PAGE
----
By Robert Middleton – Action Plan Marketing
Today, Paul Zelizer, the founder of the Wisdompreneurs Facebook Group, posted about a common perception that many independent professionals complain about:
"I do REALLY, REALLY deep work and therefore people don't understand my work and that's why my business isn't thriving."
But this isn't just an concern for those who do "deep work," it's an issue for just about anyone who offers an intangible service, from coaching and consulting to various kinds of healing or spiritual work.
The truth is that none of these services are very easy to talk about conceptually in a way that is easy to understand.
Instead, your marketing communication needs to be about the things people relate to more easily – their personal struggles and stories of how these struggles were overcome.
Here are some points to consider about helping people understand the work you do, no matter how deep or esoteric it may be.
1. Is your work real?
That is, does it produce measurable changes in your clients? When you work with your clients are they able to resolve things better, become more resilient, more skilled, more confident? Can they face issues with less resistance and fear?
If so, that's something you can communicate and is very easy for most to understand. "When people come to me they often have deep-seated emotional issues that tend to stop them in many areas of their lives. When people work with me they get beyond those issues and are happier and face life with more courage."
2. Is your work valuable?
Do your clients really value what you do? Once I worked with a bodyworker who offered a modality designed to help me with my back pain. The thing is, it didn't. And it's sometimes hard to know if what you're offering is really as valuable as you think it is.
You might ask clients to fill out a questionnaire after working with you. If you're not getting great feedback on overall value, you need to consider what you should do differently. And if you get great feedback, then you can be more confident in your marketing.
3. Are you communicating?
If you are clear about the first two points above, then start communicating about them in a very simple way. Tell stories, give examples, and talk about outcomes through the following media:
Your blog and/or ezine. Don't just explain your concepts and processes. Instead, tell stories of real-live clients who came to you with certain issues and challenges. Tell a little about how you helped them and what things are like for them now. This simple story format is powerful and it never gets old.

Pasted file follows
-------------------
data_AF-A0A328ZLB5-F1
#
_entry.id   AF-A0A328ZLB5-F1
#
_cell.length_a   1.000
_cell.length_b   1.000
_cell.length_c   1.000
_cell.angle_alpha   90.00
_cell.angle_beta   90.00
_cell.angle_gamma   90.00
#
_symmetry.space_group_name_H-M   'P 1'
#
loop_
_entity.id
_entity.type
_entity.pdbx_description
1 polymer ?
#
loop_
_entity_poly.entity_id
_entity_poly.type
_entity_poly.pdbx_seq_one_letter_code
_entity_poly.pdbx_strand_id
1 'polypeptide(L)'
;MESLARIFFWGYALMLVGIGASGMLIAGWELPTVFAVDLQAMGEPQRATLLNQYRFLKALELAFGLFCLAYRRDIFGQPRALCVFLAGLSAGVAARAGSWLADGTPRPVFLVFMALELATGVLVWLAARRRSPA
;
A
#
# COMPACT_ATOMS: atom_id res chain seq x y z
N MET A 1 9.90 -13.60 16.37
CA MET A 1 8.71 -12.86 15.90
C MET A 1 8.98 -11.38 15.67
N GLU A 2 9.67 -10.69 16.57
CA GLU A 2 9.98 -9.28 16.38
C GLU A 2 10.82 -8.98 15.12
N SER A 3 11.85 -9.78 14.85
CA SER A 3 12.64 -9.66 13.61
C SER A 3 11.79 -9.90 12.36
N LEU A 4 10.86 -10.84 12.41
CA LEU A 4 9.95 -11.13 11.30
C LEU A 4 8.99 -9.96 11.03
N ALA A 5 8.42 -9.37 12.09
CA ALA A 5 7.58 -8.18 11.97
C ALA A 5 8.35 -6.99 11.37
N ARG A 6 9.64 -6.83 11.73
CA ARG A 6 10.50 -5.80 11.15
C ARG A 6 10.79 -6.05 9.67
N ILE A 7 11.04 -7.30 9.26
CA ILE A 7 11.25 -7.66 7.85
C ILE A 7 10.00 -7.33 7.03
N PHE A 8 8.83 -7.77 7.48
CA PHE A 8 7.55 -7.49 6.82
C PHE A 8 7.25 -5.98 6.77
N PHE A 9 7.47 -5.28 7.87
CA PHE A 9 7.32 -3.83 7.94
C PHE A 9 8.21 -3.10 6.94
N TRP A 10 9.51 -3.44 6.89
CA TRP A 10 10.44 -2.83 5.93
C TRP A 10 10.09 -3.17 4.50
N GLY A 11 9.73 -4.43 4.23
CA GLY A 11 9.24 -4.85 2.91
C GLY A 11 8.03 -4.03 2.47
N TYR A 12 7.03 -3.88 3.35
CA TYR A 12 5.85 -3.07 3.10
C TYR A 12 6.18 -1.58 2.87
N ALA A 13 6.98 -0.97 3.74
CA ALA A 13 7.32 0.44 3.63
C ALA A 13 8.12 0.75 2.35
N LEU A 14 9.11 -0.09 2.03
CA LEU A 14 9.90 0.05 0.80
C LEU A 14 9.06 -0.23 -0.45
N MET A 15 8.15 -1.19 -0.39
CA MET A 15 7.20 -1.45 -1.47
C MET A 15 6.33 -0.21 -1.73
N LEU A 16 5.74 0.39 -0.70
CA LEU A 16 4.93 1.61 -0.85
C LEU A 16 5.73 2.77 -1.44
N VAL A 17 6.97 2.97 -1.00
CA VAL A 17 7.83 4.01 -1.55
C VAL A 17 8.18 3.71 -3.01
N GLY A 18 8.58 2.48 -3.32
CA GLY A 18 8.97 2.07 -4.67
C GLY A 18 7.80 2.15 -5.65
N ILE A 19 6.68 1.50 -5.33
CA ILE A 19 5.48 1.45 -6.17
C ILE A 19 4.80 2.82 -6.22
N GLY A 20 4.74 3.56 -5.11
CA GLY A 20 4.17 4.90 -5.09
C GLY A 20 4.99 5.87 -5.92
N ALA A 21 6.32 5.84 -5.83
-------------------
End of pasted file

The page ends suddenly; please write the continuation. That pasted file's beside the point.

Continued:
Client Interviews. Interviews are also powerful because you're simply talking to your clients about what brought them to you, what they were struggling with, how you helped them and how things are different today. This kind of simple and honest communication has persuaded me sign up for very some expensive programs!
Webinars teleclasses or video conferences. Introduce your work, not by talking about why or how your services or programs work, but the difference they've made and the results they've produced. No hype is needed, just authentic stories. Explain clearly that your services are for people who have certain challenges, what they need to succeed with your work, and what they can expect if they work with you.
Social Media. Perhaps you worked with a client recently and had a big breakthrough or exceptional result of some kind. Then just tell that story, as above, on Facebook, LInkedIn, whatever. Readers don't need to know much about your process or how you work – they just want to know you produced a great result and that you're happy and excited about the difference you made.
The thing to remember in all of this is that marketing is not about YOU. Readers don't need to understand you. They don't even need to understand how your process works. But they do need to understand how your work has made a difference with your clients.
No more excuses about how people don't understand you!
By Robert Middleton – Action Plan Marketing
I spend a lot of time these days thinking and reading about new trends in marketing – mostly online.
I reflect on a lot on what I, my subscribers and clients really need to know about marketing right now. Here are some trends that I've noticed and that I think you should be aware of - and apply in your business.
1. Marketing Messaging
There will always be a need for marketing messaging and branding to help you stand out and differentiate yourself from others.
Messaging has always included a few elements: Who your ideal clients are, what they'll get by working with you and how you stand apart from your competitors.
But I think the strongest trend right now is to emphasize your client's issues, and challenges, above all else. This focus tells your prospective clients that you know what they're going through and that you've been there.
To do this you need to zero in specifically. So for me, for instance, it's not just "helping independent professionals who are struggling with their marketing." Instead it might be, "helping independent professionals attract more clients without all the hype," or "helping independent professionals attract more high-end clients."
It starts to become obvious that the more clear you are about exactly who your ideal clients are, the more you can zero in on these clients with very specific messages that get more attention than generic messages. Action: Do surveys to discover what message your prospective clients respond to best. Use this tool. https://www.surveymonkey.com/
2. New Format Websites
In the past several years, website design has changed a lot. What many have realized is that people won't read as much as they used to. They are rushed and overwhelmed and want their information in bite-sized pieces.